Call it double disruption. Real time claim to cash using blockchain could disrupt Insurance. That is disruption number one. ICOs could replace large parts of the traditional innovation capital business – early stage VC and IPOs. That is disruption number two.
That makes Aigang an interesting concept to study. The fact that it is only concept – not a product, let alone a profitable business – is part of the second disruption story.
Tigger is all excited about how all this innovation will create a better world. Eeyore says this will all end in tears. ICO speculators shovel in cash to make a quick buck while retweeting Tigger. Eeyore sits on the sidelines waiting to be able to say “I told you so” and buy later for pennies on the dollar.
Who is right here?
To help initiate a conversation, this post looks at the:
- The deal for “investors”
The concept – real time claim to cash for small claims
Conceptually this makes sense. This post explains why claim to cash time is so critical and why blockchain based smart contracts is the enabler. The post was written in May 2016 and Aigang was formed in 2017 so they may have read it or simply tuned into the same innovation radio waves. This bit explains the basics:
“Auto Payout Based on a Trustless Smart Contract
This holds out a win/win promise. Customers know that payout is automatic and immediate (no more hassling for payout during the most stressful times when the bad event has actually happened). Insurance companies get two benefits:
Elimination of fraud. The Insurance company does not rely on the customer’s version of truth. There is independently verified data.
Elimination of claims processing cost. This is a consequence of elimination of fraud.
For this to work, it has to be binary simplicity. An algo has to make a yes/no decision instantly. Something with complexity (such as who is at fault in an accident or whether a medical procedure is covered) needs human intervention.
One example of where we see that binary result is flight insurance. The flight was either cancelled or it was not. Blockchain systems use external data sources (e.g via the Oraclize service ) to get this proof of what happened. A Proof Of Concept for this flight insurance use case was coded during a weekend at a hackathon using Ethereum – proving that technical risk is not the prime concern.
We expect to see lots of use cases where this binary rule applies where really low cost insurance can be offered (thanks to elimination of fraud and claims processing). This is classic disruption at the edge – where disruption usually gets traction. For example, there are lots of use cases within the sharing economy. These are on demand or just-in-time insurance use cases.”
Aigang is going after a sensible early market in the “really low cost insurance” segment – mobile phone batteries. It is small enough to enable real time settlement and” human real time” (less than a few seconds) changes user behaviour.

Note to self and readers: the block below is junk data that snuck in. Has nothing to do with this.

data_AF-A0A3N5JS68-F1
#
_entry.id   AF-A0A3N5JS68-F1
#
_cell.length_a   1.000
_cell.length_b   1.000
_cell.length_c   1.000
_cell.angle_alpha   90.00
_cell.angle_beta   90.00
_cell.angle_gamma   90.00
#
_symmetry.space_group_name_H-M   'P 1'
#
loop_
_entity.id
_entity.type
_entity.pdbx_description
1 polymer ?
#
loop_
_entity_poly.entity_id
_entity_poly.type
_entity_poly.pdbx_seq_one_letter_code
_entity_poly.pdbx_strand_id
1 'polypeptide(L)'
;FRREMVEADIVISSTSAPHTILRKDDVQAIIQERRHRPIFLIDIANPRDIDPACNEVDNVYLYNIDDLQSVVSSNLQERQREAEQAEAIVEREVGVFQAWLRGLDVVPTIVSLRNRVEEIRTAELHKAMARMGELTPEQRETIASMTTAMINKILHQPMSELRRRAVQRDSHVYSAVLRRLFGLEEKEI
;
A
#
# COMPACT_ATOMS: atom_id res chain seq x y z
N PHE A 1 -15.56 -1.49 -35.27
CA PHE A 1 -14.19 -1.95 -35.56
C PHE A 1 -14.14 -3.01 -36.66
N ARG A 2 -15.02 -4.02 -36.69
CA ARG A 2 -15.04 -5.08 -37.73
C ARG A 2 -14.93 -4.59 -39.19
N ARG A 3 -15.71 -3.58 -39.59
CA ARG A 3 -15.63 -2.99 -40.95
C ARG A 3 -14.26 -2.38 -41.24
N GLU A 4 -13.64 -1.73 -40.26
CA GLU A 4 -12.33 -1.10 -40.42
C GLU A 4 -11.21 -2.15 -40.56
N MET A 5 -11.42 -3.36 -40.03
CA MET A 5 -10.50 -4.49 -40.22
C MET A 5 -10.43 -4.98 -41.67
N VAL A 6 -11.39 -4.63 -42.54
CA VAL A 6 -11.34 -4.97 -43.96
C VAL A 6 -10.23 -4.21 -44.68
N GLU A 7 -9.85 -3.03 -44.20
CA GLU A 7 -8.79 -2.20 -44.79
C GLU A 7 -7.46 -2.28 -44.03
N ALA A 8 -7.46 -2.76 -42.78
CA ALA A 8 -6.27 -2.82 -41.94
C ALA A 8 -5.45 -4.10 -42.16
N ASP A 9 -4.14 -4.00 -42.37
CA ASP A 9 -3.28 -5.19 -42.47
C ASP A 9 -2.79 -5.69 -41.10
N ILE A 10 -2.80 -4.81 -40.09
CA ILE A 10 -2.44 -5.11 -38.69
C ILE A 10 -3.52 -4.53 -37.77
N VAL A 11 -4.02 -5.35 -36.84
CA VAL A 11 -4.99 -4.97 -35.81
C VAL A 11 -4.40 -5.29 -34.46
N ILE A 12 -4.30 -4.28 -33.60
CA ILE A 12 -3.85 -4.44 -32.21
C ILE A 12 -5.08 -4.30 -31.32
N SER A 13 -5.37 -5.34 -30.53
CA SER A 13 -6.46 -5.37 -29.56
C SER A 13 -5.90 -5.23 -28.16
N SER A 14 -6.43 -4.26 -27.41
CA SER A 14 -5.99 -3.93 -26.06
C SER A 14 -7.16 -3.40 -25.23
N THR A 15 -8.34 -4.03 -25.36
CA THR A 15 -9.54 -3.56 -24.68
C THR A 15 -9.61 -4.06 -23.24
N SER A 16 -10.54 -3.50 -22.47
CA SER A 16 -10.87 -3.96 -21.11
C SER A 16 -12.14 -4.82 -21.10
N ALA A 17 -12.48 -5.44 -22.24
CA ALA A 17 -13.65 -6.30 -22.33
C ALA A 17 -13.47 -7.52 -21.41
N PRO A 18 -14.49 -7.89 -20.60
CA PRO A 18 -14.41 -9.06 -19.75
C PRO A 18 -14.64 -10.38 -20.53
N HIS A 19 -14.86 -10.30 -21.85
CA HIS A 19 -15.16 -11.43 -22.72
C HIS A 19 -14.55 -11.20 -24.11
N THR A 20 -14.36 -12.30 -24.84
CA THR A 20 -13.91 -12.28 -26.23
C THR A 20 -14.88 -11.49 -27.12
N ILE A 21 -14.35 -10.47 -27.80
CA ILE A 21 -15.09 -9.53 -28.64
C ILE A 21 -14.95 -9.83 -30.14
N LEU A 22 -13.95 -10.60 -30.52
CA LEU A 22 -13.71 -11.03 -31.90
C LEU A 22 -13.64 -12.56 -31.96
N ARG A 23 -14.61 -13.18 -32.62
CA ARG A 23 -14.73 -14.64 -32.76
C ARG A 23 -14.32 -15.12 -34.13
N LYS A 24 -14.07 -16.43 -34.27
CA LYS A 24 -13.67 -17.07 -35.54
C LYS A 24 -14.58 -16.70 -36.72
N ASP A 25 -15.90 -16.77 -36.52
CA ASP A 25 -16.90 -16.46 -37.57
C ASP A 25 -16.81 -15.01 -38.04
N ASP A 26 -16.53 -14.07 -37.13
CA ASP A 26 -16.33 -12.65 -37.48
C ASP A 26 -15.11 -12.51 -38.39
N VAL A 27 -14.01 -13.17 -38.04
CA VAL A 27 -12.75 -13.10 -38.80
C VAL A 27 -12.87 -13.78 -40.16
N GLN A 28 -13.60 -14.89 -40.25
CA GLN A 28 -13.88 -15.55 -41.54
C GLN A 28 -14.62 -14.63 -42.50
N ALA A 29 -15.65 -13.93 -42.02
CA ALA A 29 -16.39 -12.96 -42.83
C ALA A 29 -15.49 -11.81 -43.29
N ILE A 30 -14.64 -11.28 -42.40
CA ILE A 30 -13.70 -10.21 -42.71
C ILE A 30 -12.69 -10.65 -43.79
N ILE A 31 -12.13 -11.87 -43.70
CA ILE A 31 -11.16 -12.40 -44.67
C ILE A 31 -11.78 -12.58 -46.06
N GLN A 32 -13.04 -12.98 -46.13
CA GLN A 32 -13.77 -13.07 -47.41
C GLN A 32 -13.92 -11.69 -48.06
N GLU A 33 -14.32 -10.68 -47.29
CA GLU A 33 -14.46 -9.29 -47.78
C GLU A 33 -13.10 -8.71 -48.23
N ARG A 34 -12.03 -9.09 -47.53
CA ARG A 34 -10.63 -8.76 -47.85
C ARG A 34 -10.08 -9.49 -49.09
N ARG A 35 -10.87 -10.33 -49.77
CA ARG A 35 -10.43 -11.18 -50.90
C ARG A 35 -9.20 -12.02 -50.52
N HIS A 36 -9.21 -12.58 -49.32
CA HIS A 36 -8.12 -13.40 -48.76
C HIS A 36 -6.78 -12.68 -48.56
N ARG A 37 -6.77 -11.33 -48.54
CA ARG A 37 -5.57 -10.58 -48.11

It looks like Aigang can get the battery data automatically from your mobile device. Yes this is also an IOT play. Eeyore was heard muttering about random buzzword generators – ICO, Blockchain, IOT, Insurtech, but Tigger responded by saying that the concept makes sense.
The investors will be P2P. The crowd will be the new Lloyds Names. Hmm, how does that fit with Solvency 2? Will the crowd take unlimited liability like Lloyds Names? This can only work outside the regulatory framework.
Ethereum – brilliant plaform, still with bleeding edge risk. As Aigang put it:
“Built on Ethereum testnet, the application is not fully functional yet, and there are chances that the users attempting to send funds from their Ethereum wallet could lose their funds.”
On the plus side, they do have a fairly active GitHub as per Token Market.
What is your risk appetite? This has technology risk at the platform level and at the application level. If you don’t really understand Ethereum or trust somebody who does, this is not for you.
They look good on pixel. But they have not got a product in the market, so that is all one can say. One assumes they are all getting paid in equity and tokens. If the ICO succeeds they will become a real team.
They also offer “bounties” to contributors. No, I did not ask for or want a bounty for writing this post. This is like 1999 when landlords would take equity for rent.
Singapore. One assumes Aigang will block IP addresses from America and make big bold signs saying “no Americans please” in order to stay out of SEC clutches.
This is far outside the regulated world. This is not a sandbox experiment. Aigang plan to offer a product outside the regulated world. This post by a VC in 2014 explains why this strategy makes sense drawing on lessons from Skype.
This is not being revealed yet. In ye olde innovation capital game, a concept stage venture with MVP still in development like Aigamg would raise $50k to $500k. $50k would be for a first time entrepreneur. $500k would a proven entrepreneur wired to top Angels and VCs. Two years later, 10% of these would do a $5m Series A and a year later about 50% during loose money times would do a a $50m Series B. Aigang will probably raise $50m out of the gate.
Will it be a great deal for token investors? I doubt it. Maybe for equity investors who have a lot of appetite for risk and if the price is right.
Will it change the world and unleash a new wave of Insurance claim to cash innovation using Blockchain? I think so.
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